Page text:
The Great Locomotive Chase (1956)
“A true-life spy story of ultimate suspense. High speed and inconceivable bravery!”
Director: Francis D. Lyons
Cast: Fess Parker, Jeffrey Hunter, Jeff York
Synopsis: During the Civil War Union spy Andrews and his men volunteer to steal a Confederate train and drive it to Union territory while destroying the Confederate railway system along the way.
Although the story within The Great Locomotive Chase served as the basis for Buster Keaton’s classic silent comedy The General, this Disney adventure isn’t a remake of that movie. In fact, it’s far more historically accurate than Keaton’s version and is given a straightforward dramatic treatment by screenwriter Lawrence Edward Watkin.
Fess Parker, taking time off from his duties for Disney as Davey Crockett, plays James J. Andrews, a Union spy who is given the task of travelling deep into the South to steal a train and then travel back North, destroying track, cutting telegraph wires and blowing up bridges in order to cut off supplies to Rebel troops. The movie’s first twenty minutes drag a little as Andrews goes about recruiting a group of men to accompany him on his mission, but wisely chooses not to attempt to give all of these men equal screen time (there’s about sixteen of them). Instead, it focuses on just a handful of them, chief of which are William Pittenger (John Lupton), who also serves as the film’s narrator, and Bill Campbell (Jeff York), a hot-headed brawler who struggles to cope with all the anti-Union sentiment once he’s deep in enemy territory.
The men travel in twos and threes to their assigned location, and the theft of the train goes without a hitch, despite the unusual number of men climbing aboard at one small station arousing the suspicions of the train’s conductor, William A. Fuller (Jeffrey Hunter). Fortunately for the mission, Fuller voices his suspicions to Andrews, who manages to convince him that they’re spies working for the South. Naturally, Fuller soon realises he’s been hoodwinked when he sees his train being driven away while he’s enjoying a cup of tea in a station restaurant. Fuller isn’t one to allow the disparity in top speed between a locomotive and a man, and runs along the track in pursuit of the stolen train.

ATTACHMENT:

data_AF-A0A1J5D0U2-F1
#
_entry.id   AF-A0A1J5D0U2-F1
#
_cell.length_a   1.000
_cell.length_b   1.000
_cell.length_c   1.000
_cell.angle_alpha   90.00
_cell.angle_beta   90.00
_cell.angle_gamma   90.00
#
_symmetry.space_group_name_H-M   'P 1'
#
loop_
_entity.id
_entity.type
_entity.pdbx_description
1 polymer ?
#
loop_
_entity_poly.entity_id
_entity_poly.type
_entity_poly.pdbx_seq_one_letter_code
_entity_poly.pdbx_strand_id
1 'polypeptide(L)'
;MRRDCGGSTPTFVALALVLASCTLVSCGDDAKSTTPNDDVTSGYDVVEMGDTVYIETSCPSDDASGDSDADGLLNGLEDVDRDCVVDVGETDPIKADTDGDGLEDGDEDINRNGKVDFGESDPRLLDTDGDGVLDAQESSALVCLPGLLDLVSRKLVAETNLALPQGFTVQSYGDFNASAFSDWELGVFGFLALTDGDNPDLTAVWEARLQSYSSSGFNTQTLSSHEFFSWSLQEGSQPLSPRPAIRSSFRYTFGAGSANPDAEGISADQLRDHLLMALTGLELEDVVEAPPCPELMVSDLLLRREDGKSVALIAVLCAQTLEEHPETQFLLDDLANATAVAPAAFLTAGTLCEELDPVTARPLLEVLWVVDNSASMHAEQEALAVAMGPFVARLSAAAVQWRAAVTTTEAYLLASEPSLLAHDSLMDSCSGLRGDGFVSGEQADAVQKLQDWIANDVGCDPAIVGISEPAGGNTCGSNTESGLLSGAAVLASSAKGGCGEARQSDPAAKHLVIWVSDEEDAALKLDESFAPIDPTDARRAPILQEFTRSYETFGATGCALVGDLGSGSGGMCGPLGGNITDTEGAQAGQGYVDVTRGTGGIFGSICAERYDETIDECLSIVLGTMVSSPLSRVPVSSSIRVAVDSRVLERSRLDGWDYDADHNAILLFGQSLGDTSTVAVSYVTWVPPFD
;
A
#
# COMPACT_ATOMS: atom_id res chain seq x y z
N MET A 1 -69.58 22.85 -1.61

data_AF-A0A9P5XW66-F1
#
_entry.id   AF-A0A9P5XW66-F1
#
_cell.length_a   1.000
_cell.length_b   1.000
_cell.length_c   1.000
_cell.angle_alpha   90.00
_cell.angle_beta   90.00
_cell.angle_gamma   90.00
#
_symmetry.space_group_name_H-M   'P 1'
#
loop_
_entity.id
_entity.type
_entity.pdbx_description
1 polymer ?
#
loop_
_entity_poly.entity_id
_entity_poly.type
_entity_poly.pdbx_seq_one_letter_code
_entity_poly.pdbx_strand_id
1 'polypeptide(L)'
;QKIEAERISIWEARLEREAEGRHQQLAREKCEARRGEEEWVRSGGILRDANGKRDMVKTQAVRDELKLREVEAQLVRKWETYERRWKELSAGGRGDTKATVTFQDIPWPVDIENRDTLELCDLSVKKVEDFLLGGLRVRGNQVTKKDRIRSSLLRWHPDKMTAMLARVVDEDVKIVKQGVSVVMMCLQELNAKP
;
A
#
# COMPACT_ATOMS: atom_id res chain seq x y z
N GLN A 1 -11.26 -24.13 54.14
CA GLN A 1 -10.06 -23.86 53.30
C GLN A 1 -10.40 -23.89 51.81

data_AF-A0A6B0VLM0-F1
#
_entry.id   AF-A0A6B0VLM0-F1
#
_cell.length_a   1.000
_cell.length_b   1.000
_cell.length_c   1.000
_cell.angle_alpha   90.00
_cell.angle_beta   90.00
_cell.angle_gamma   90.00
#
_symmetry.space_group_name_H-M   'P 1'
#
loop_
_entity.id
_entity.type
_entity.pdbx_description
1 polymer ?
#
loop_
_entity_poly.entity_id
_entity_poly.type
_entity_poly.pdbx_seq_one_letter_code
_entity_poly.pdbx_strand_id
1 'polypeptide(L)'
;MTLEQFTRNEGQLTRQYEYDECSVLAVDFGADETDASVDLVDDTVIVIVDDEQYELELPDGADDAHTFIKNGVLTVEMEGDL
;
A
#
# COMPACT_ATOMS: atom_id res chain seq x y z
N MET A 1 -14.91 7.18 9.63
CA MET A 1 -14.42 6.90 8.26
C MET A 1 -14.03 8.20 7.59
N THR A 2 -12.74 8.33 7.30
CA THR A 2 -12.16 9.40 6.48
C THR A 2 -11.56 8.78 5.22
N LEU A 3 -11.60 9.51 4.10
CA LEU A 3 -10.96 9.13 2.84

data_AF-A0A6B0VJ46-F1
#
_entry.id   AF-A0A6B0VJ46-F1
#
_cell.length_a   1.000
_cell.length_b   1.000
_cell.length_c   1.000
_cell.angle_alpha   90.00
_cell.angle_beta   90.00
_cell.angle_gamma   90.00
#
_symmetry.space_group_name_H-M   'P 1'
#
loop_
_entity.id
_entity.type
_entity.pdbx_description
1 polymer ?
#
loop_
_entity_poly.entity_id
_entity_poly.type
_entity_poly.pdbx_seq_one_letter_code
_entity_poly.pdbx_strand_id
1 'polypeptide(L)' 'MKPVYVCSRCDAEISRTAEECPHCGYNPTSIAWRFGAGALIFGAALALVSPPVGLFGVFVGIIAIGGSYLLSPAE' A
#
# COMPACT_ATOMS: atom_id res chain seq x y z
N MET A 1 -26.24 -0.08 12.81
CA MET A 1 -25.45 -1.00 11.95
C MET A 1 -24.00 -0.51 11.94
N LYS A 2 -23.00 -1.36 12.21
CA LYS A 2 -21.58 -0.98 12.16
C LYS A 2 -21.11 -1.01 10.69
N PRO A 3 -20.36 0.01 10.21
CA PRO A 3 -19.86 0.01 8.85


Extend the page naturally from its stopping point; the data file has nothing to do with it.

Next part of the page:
Had Andrews and his men come up against a man with less grit and determination than Fuller, their mission might well have succeeded. But the Confederate man is so dogged in pursuit of those who purloined his train that he somehow manages to overcome every obstacle they throw in his way. Director Francis D. Lyon generates a lot of suspense during this lengthy chase sequence, without ever really taking sides: the film seems to admire the Union men’s ingenuity in their attempts to get away from Fuller and his men as much as it does Fuller’s sheer persistence.
Although true, the story is the stuff of schoolboy adventure, and as such the film does little in the way of developing much in the way of character amongst the leads. Parker delivers a dour performance, and only Jeff York as the troublesome Campbell (who nevertheless comes good in the end) really stands out. This film, incidentally, reunites much of the cast of Davy Crockett and the River Pirates, a combination of two episodes from the TV series which Disney released theatrically in 1956.
(Reviewed 4th December 2013)